This recent post, on the health effects of drinking a glass of wine a day, reminds me of a story:
Several years ago my cardiologist in the U.S. recommended that I drink a glass of red wine a day for health reasons. I’m not a big drinker—probably I average something less than 100 glasses of wine a year—but when I remember, I’ll drink a glass or two with dinner when it’s available. I don’t love the taste of wine, but some of it is OK, and I already preferred the taste of the red to the white, so at least that worked out.
Anyway, awhile after receiving this recommendation, I spent a year in France, and I had to see a doctor and get a physical exam there as a condition of my work permit. The doctor asked me a bunch of questions (and spoke slowly enough that I could converse), including how much did I drink? I said I drink a glass of red wine a day on the recommendation of my cardiologist (ummm, I probably said “the doctor for my heart” or something like that). The French doctor replied that I should stop drinking as it’s bad for my foie.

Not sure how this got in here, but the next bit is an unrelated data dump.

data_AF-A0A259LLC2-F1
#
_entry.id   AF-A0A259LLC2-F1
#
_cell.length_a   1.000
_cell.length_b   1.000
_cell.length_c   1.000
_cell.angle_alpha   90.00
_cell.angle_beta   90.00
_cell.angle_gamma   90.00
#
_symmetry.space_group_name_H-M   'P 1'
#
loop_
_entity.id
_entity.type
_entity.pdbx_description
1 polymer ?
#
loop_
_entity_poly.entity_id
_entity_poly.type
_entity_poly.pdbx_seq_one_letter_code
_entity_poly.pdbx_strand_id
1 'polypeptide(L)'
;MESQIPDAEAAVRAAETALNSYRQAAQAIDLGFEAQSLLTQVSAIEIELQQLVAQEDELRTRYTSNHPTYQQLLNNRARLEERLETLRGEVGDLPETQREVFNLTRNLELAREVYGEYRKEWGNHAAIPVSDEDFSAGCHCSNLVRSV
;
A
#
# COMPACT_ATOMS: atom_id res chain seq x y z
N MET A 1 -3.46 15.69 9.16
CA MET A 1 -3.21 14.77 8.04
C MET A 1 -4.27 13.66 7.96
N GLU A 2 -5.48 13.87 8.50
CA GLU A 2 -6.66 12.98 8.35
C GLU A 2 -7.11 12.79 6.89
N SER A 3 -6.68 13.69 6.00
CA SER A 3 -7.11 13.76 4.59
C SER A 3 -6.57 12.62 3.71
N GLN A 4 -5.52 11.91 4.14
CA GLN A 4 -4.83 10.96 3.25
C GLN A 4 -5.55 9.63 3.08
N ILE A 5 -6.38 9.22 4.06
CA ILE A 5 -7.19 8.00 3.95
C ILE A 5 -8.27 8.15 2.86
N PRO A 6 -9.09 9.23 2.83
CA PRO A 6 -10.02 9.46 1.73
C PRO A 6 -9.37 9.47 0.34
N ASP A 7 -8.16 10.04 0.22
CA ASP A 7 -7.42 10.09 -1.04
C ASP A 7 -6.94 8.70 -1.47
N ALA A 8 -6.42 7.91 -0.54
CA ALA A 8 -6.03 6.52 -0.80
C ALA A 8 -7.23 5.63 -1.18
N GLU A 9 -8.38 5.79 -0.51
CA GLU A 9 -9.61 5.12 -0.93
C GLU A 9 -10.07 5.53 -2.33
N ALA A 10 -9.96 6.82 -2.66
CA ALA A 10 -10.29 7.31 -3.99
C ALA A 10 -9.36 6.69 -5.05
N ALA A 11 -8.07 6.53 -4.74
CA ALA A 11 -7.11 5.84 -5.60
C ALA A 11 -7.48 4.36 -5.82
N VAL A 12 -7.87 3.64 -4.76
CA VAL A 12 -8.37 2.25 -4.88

I was taken aback. The U.S. doctor (not originally from this country, but still) said I should drink more; the French doctor said I should drink less. Some of this could be attributed to specialization: the cardiologist focuses on the heart, while the general practitioner thinks in terms of total risk. But, still, it was a surprise: I’d think it would be the French doctor who’d be more positive about the effects of a daily drink of wine.
OK, this is N=2 so we can learn almost nothing from this story: it could just be that this French doctor hates alcohol for other reasons, for example. Nonetheless, I’ll spin a statistical tale that goes like this:
Both doctors are being Bayesian. The U.S. doctor, upon hearing from me that I drank occasionally but rarely, inferred that: (a) I don’t drink a lot, and (b) I could drink a bit more without worry that I’d start to drink heavily. In contrast, all the French doctor heard was that I drink a glass of wine daily. From this she could’ve inferred that I might be a heavy drinker already and just not admitting it, or that if I was given any encouragement, I might drink to excess. In addition to all that, alcohol consumption is higher in France than the U.S., so the French doctor is probably used to telling her patients to drink less.
What did I actually do, you might ask? I split the difference. I continued to drink red wine but didn’t make such an effort to drink it every day.